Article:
Ola said to be in talks to raise $600 million

Ola may close the deal by year end, as it seeks to counter an increasingly aggressive Uber in the coveted India market


Ola, backed by SoftBank and Tiger Global Management, could use the funds to speed up its spending on recruiting drivers and helping them lease vehicles. Photo: Hemant Mishra/Mint
Ola, backed by SoftBank and Tiger Global Management, could use the funds to speed up its spending on recruiting drivers and helping them lease vehicles. Photo: Hemant Mishra/Mint

Bengaluru: India’s largest ride-hailing start-up, Ola, is in talks to raise about $600 million and may close the deal by year end, as it seeks to counter an increasingly aggressive Uber Technologies Inc. in the coveted India market, according to a person familiar with the matter.

The funds are coming from new and existing investors and would give six-year old Ola enough capital for at least 18 months, said the person, asking not to be named because the talks are private. Negotiations are ongoing and the amount raised or timing may still change. SoftBank Group Corp., a current investor, plans to participate and may lead the funding round, the person said.

The fundraising would be a record for India this year and intensify the fight between ANI Technologies Pvt Ltd’s Ola, last valued at $5 billion, and Uber, the world’s best-funded technology start-up with a valuation of $69 billion. Ola, backed by SoftBank and Tiger Global Management, could use the funds to speed up its spending on recruiting drivers and helping them lease vehicles. It would also allow Ola to expand geographically as it tries to maintain its lead over Uber, which has increased investments in India after agreeing to sell its money-losing China operation.

“Funding is critical for Ola to keep its momentum and maintain its market leadership in the $10 billion ride-hailing market which is readying for its next phase of expansion,” said Jaspal Singh, a partner at Delhi-based transportation consultancy, Valoriser Consultants. “Uber has even deeper pockets now that it is out of China, which was a big drain on its resources, and it will now focus on India in a big way,” he said.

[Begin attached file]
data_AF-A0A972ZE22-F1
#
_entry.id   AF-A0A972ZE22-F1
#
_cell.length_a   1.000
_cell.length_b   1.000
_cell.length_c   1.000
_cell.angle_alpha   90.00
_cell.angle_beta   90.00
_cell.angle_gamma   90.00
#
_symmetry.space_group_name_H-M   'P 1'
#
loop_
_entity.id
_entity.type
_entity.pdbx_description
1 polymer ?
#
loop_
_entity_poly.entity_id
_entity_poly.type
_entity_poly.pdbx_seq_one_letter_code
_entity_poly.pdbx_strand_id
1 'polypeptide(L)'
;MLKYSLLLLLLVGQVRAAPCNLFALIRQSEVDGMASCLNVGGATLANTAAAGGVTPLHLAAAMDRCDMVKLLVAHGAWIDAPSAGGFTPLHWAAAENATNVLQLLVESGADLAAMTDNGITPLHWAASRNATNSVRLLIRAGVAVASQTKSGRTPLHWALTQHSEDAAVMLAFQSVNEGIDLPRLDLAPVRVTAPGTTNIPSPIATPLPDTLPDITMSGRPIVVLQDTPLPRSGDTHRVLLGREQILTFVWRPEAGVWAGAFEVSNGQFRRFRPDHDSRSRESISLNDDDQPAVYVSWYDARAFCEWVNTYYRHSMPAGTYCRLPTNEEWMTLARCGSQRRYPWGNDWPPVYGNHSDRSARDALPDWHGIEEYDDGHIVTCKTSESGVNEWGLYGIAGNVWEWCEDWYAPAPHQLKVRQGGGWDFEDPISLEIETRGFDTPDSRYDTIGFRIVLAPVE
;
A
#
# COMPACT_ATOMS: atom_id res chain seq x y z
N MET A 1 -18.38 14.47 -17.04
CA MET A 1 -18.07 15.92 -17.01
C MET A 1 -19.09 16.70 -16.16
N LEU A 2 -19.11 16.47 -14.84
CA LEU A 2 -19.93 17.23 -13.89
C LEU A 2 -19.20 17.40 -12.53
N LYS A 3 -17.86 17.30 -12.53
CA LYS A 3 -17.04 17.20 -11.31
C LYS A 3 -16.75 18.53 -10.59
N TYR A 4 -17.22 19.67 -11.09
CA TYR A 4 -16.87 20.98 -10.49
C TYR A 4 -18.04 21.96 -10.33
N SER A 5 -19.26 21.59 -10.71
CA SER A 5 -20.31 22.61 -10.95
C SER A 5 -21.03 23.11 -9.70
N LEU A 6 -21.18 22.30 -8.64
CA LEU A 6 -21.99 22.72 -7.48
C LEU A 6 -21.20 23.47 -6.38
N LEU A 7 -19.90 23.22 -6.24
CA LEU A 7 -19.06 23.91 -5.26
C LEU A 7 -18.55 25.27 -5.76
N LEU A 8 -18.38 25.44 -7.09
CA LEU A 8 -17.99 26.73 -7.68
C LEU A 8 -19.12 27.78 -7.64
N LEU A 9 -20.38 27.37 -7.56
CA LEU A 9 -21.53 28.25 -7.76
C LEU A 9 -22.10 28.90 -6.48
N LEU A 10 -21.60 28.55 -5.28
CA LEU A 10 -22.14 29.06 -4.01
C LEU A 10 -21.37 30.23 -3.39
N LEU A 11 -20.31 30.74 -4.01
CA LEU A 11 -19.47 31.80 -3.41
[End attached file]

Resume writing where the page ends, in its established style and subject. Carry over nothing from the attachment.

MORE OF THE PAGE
The funding round come during a long dry spell in the world’s third-largest start-up market. India’s technology start-ups raised $4.23 billion in the first three quarters of this year, less than half the total for the same period of 2015, according to researcher Preqin. Ola’s other investors include DST Global, Accel Partners and Sequoia Capital.

Dilapidated public transport infrastructure in Indian cities and the lack of convenient transport options has helped on-demand ride-summoning start-up Ola and its San Francisco-based competitor to expand at a rapid pace. They are now vying with each other to woo customers like government departments and train passengers, as well as make it easier to bring new drivers on to their platforms. For instance, Ola and Uber have tied up with automakers like BMW, Tata Motors and Maruti Suzuki to lease cars with attractive and affordable financing options.

As smartphone usage soars in India, both are burning cash to attract drivers and riders with incentives—making funding a key component in the battle.

Ola’s founder and CEO Bhavish Aggarwal said in an interview this summer that Ola with a million rides daily is ahead of its competitor and is rolling out innovations at a rapid clip. It recently allowed customers to book Ola rides offline, a boon in a country with poor wi-fi connectivity and expensive data plans.

Aggarwal did not respond to an email about the upcoming funding round. A spokeswoman for SoftBank responded saying they are “unable to comment on speculation on fund-raising efforts.” Bloomberg

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